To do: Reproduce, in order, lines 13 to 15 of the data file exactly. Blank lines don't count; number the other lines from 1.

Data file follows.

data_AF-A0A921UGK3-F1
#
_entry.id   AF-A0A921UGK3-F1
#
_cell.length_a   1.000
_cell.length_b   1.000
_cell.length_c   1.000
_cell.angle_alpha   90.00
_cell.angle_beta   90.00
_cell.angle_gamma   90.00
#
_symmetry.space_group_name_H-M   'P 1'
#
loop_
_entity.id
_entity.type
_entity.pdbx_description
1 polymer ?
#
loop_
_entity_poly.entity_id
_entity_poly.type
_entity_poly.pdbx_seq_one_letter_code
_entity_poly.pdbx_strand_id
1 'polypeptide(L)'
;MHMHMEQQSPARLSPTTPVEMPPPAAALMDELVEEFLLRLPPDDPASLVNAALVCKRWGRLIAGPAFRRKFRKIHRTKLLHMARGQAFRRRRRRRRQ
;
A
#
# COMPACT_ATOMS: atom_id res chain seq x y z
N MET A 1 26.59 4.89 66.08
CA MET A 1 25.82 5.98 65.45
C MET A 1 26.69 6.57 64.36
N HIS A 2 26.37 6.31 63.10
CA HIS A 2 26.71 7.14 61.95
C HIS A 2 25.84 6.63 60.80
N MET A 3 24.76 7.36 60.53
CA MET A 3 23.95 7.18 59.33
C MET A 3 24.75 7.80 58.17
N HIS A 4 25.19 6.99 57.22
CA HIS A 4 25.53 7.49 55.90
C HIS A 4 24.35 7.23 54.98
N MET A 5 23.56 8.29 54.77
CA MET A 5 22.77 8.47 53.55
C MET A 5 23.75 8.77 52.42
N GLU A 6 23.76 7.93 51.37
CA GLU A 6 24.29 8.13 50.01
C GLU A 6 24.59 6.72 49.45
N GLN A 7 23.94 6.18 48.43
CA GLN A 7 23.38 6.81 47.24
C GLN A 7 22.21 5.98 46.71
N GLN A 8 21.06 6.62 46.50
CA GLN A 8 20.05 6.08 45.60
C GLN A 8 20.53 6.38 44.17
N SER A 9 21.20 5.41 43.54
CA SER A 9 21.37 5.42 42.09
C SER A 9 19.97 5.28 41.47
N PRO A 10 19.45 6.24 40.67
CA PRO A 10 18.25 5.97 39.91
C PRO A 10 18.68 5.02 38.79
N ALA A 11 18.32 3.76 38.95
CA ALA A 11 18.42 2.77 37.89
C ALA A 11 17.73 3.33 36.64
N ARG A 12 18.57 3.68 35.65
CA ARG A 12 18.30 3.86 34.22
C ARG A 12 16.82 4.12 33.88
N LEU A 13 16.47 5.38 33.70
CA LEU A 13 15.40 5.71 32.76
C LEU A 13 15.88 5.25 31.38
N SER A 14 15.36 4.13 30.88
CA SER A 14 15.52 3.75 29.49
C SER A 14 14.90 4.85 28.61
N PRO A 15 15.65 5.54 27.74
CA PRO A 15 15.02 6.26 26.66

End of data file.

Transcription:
#
loop_
_entity.id